The Medical Home Meets the Acute Care Continuum

Barbara Victor

Barbara Victor , MD

Regional Director

Published August 24, 2012

The practice of Medicine is changing. All physicians are facing the stresses of caring for an underinsured and aging population with higher health care needs in an era of decreasing reimbursement. Legislators are instituting reform initiatives in an attempt to help cut costs and decrease utilization of expensive acute services, while still maintaining the highest quality of care for our population.

Emergency Department (ED) doctors are at the forefront of the new demands and we cannot fulfill them alone. With the new measures regulating door to admission times, hospital lengths of stay, thirty day re-admission rates and overall patient satisfaction, hospitalists and ED doctors will need to better communicate and innovate.

What can ED doctors do now to assist in the long term success of medicine and healthcare reform? One helpful concept that is returning and driving change is the Medical Home, defined as a “model where a traditional doctor’s office is transformed into the central point for Americans to organize and coordinate their health care based on need and priorities.” As these needs and priorities evolve into the issues we face in the Acute Care Continuum, so too is the Medical Home.

At Orange Coast Memorial Medical Center, under the leadership of Dr. Robert Realmuto (Medical Director of the ED and Chief of Staff), IPA physicians, Foundation physicians and contracted doctors are coming to the table to discuss the concepts of the Medical Home and what responsibility each player has to make the system function. As part of this initiative they have established a Joint Operations Committee which is currently in the experimental phase. The priority of this committee is to collect metrics and to learn the requirements of each individual specialty, so that specialists can help each other function at the highest level. This includes agreeing on standardized order sets, understanding admission criteria, and evaluating best practices that decrease hospital length of stay without jeopardizing quality care.

Additional activities that originated from the meetings focus on researching the resources in the community to help a patient’s transition from the inpatient setting to a safe home environment. Initiating relationships with Home Health Care agencies, Hospice, SNFs, and specialty clinics creates the groundwork necessary to prevent non-essential admissions to the hospital, reduce disease recurrence, and guard against deterioration in the patient’s health.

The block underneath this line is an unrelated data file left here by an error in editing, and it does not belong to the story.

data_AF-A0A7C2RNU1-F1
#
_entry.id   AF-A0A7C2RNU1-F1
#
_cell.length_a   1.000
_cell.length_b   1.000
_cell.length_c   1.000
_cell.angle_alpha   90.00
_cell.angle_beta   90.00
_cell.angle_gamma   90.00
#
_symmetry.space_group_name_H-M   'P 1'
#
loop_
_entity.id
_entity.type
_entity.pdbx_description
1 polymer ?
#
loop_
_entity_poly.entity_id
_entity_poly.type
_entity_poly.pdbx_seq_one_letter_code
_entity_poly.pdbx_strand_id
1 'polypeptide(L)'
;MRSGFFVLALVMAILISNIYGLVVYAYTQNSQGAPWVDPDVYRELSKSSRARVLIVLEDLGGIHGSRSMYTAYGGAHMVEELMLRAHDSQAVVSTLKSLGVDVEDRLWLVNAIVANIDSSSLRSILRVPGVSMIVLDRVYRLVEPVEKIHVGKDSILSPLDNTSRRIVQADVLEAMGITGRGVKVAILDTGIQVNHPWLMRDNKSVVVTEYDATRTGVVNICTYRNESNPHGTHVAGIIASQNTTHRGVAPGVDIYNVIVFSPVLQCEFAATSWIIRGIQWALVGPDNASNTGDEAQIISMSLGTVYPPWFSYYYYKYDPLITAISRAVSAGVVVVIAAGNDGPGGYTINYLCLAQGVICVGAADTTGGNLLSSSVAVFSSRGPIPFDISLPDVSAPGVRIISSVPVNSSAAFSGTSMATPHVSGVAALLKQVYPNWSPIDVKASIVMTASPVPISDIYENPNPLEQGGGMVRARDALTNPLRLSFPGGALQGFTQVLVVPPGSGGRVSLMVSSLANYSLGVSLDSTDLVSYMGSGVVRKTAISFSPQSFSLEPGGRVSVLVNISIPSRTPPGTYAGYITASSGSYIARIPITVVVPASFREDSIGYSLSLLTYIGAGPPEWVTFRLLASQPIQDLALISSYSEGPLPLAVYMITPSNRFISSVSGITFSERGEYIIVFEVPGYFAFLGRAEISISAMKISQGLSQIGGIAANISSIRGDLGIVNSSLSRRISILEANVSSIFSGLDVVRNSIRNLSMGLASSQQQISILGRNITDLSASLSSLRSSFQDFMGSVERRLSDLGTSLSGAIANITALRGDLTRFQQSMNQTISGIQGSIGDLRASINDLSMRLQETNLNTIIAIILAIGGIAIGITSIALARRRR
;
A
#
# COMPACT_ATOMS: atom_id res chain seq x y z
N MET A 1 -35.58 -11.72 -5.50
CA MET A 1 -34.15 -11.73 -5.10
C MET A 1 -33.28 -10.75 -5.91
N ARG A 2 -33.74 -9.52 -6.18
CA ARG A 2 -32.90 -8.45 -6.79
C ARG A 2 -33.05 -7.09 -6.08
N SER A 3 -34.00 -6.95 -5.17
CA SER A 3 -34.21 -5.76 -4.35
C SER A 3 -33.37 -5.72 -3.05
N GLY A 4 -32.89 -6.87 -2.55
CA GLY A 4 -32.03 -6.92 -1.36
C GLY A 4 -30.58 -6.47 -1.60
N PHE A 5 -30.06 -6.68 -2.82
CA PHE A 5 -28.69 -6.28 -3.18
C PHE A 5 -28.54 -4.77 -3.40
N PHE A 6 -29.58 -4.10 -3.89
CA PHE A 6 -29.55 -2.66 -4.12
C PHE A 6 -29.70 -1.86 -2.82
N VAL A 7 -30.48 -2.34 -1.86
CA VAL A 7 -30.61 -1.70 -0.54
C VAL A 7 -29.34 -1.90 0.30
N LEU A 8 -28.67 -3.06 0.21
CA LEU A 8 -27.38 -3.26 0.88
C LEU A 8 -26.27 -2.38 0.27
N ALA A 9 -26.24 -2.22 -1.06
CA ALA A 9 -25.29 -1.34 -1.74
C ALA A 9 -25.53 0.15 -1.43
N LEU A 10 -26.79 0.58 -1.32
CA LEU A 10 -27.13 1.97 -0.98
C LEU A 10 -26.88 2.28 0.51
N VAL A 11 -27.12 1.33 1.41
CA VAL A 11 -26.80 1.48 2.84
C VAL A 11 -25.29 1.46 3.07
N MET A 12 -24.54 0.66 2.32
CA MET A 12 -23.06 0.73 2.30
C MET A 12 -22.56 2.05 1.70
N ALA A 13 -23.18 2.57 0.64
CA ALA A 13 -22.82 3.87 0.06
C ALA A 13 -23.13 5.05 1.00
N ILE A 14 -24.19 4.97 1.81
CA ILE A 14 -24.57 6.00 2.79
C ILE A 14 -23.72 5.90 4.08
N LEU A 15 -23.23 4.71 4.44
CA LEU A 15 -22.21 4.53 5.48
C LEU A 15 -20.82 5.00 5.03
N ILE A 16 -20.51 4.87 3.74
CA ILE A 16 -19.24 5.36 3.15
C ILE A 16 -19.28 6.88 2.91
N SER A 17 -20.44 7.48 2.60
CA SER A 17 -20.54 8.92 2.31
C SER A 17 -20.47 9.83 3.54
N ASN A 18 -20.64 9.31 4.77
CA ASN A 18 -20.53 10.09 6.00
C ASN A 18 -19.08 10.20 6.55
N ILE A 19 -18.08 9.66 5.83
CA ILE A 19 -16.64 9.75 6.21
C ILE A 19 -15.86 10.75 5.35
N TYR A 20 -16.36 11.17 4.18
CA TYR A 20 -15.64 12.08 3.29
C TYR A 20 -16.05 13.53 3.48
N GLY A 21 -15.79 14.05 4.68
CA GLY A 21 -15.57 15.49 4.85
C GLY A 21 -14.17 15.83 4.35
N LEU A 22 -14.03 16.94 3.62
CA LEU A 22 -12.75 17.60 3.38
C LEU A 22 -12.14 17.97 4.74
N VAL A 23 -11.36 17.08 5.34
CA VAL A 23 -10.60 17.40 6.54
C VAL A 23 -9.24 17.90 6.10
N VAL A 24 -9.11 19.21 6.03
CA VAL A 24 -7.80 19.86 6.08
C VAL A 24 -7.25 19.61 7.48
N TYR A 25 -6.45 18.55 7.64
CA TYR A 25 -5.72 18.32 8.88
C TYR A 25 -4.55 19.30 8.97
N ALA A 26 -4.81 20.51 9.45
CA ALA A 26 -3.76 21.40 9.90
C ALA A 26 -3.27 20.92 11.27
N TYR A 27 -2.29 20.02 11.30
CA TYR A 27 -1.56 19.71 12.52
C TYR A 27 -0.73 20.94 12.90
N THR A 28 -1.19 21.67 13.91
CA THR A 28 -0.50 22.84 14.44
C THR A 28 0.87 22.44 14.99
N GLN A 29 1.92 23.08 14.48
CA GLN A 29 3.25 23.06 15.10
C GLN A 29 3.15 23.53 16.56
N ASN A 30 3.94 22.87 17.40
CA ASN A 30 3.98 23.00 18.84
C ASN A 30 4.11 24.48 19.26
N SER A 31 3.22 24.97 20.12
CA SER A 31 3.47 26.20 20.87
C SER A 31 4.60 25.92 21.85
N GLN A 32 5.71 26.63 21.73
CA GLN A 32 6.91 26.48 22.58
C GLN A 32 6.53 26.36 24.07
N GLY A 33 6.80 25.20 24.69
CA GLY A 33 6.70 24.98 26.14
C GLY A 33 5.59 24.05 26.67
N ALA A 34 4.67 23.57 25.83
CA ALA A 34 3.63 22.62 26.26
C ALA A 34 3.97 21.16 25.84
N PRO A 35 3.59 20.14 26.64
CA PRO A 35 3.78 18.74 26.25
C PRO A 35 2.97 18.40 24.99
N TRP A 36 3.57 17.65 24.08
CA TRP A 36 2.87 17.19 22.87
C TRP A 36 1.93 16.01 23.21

The committee members have concluded that even though short term goals may differ among services, our long term goals are the same. By working together we can create a win-win situation. With the hospitalists focusing on rapid admission, ED throughput is enhanced. With the ED physicians completing appropriate work ups and writing holding orders, hospital length of stay decreases. By creating a shared practice with focus on proficient treatment and effective communication, all parties benefit, and most importantly our patients benefit too.

Bundled payments and correlation of reimbursement to hospital quality measures are pushing us in several directions. All hospital based doctors will need to define the value they are bringing to the overall patient experience. Medical staff will need to work together to be efficient and effective as the patient traverses the Acute Care Continuum. We will have to bypass expensive hospitalizations and find other avenues to provide care at the level of service required. Orange Coast Memorial is taking steps in this direction by working to come together and refine communications and streamline processes. They are setting an example for the future by taking a proactive role that may someday be the standard for all hospitals in the nation.

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